More Tomato Transplanting Tips (Tomatillos, too!)


I did start the process of transplanting that flat of a couple hundred tomatoes last night.  I am being pretty selective and tossing/composting all inferior, small, and extra plants.

For the most part, I’m potting twice as many of each variety as I plan to use in my own gardens so that I can make mixed packs for the farmers market and for friends.  Then, they can look at what varieties I have and pick how many of each they want for their personalized tomato patch.

I’ll just pop however many of each variety they want out of their cells and plop them into another 4-pack.  You want one cherry type, two pastes, and a slicer?  Done.  Three slicers (one black, one striped, one red), plus a pear/drying type?  Done.  The only thing I don’t do is make extra labels.

Tomatoes from the germinator flat

I transplant my little tomato plants (with at least one set of true leaves) into the standard 4-pack (48 cells to a flat) black plastic containers because that’s what I have. I wouldn’t have room for all the plants if I put them in anything bigger, and the tomatoes wouldn’t have enough room to grow in anything smaller.

If you’re fairly gentle with these plastic containers, they can be reused for a number of years. Many of the ones I have were salvaged from a local greenhouse and garden center that went out of business.

Anyhow, back to the transplanting process. Both tomatoes and tomatillos grow roots along their stems. That means you can bury a large portion of the stem each time you transplant (when you “pot on,” or transplant to a bigger pot, and when you plant in the field). This feature of tomatoes and tomatillos is especially helpful if your seedlings are a little leggy, or spindly.

I make a label for each four-pack, and I sprinkle a little soil in the bottom–covering the drainage hole. Then, I gently pull apart the tomato seedlings by their root balls, trying to damage the roots as little as possible.

If the seedlings are leggy, I set the seedling in the pot in a sort of “J”–that is, I curve the stem so that the first seedling leaves are just a little above the top of the pot. This means the root ball is a little above the bottom curve of the stem, and that’s OK. I don’t try to get the plant right in the middle of the cell–too many transplants to worry about perfection.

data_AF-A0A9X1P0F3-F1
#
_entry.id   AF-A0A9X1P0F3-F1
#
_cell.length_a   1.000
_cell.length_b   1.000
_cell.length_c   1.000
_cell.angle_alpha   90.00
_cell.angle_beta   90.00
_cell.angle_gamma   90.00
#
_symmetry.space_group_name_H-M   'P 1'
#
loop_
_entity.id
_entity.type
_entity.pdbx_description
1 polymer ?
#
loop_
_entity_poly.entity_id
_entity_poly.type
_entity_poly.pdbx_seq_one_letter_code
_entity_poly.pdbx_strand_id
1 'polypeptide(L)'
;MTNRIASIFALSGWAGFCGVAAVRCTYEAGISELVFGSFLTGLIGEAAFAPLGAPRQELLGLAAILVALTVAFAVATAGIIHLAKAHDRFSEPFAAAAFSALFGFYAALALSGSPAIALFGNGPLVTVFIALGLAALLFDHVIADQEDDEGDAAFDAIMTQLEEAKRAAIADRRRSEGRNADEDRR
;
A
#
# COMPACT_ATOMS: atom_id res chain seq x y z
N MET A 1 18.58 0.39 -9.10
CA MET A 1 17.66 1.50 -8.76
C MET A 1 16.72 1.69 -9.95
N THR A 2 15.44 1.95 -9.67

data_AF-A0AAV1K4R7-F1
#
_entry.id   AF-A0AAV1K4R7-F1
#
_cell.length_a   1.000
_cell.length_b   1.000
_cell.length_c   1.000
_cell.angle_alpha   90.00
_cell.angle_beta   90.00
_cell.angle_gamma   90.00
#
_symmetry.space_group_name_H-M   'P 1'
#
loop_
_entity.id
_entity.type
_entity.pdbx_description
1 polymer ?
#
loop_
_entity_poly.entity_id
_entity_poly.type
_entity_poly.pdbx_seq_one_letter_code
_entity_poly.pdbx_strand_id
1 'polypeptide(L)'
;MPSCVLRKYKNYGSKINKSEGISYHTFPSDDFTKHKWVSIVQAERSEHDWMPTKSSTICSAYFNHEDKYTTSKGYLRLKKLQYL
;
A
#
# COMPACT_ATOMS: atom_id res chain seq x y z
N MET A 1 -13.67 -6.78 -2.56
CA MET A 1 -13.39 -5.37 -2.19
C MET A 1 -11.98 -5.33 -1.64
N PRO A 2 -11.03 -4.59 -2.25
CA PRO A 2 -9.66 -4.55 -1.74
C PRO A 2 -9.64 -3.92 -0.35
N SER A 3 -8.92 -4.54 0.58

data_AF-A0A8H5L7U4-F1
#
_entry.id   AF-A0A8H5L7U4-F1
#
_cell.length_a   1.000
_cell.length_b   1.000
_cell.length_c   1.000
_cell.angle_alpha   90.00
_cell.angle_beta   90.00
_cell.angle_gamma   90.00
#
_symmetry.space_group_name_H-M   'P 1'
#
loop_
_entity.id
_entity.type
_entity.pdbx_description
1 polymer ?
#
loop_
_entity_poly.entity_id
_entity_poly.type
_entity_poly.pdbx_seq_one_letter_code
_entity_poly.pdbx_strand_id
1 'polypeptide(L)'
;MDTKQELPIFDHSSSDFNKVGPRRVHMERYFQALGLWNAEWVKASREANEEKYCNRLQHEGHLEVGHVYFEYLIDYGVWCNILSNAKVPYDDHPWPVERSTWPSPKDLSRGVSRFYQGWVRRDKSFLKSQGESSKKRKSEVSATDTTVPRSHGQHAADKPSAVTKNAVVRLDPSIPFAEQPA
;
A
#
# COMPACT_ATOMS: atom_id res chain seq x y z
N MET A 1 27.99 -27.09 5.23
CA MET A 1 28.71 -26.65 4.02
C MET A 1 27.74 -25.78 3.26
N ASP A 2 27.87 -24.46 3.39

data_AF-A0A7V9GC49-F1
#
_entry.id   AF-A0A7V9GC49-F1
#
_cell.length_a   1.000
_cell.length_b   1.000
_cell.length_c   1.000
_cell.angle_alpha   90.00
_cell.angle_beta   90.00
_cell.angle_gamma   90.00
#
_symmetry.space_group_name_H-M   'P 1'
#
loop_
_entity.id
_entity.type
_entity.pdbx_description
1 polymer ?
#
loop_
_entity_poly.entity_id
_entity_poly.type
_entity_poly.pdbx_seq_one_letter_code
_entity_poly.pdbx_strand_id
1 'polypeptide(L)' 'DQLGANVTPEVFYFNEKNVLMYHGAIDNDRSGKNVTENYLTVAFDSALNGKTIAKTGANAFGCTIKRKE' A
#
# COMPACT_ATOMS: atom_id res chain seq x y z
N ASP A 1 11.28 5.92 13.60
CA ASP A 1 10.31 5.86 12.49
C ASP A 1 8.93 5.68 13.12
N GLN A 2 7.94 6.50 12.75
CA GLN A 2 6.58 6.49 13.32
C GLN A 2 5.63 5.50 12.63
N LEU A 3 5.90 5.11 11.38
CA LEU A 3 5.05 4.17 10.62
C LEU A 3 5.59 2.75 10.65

Transplanting into 4-Packs

I set two plants in the 4-pack on one side, then fill the cells with potting mix and press lightly to firm (gently–don’t break the stem!). Then I set the other plants in on the other side and fill those in.

I stick the label in the 4-pack, put them on the light shelf, and I use a little watering can with a fine rose and water them in (water the soil, not the plants, if you can help it). I use a light dose of fish emulsion in the water.

The transplants might look a little stricken and/or floppy at first (don’t so this outside on a windy day), but they’ll usually recover overnight. Roots will grow from the buried part of the stem to fill up the container, giving you a nice strong root system for when the plants go out to the field.

A shelf full of Tomato & Tomatillo transplants

If you put the plants outside, make sure it’s at least in the upper sixties to lower seventies, and give them a few days in the shade before getting them used to direct sun and wind. This process is called hardening off, and gets the plant accustomed to the rigors of outdoor living, so it’s not such a shock when they go in the ground. Bring the plants in at night while the temperatures are still chilly.

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2 responses to this post.

  1. Posted by Jillian on May 2, 2010 at 11:02 am

    Hello! Could you please tell me where to get the 4-pack black plastic containers for transplanting? I really need to find some! Many thanks!

  2. Posted by flyingtomato on May 3, 2010 at 7:58 am

    Typically they are sold in wholesale greenhouse supply places. If you are in my area, I’d be happy to give you some to re-use!

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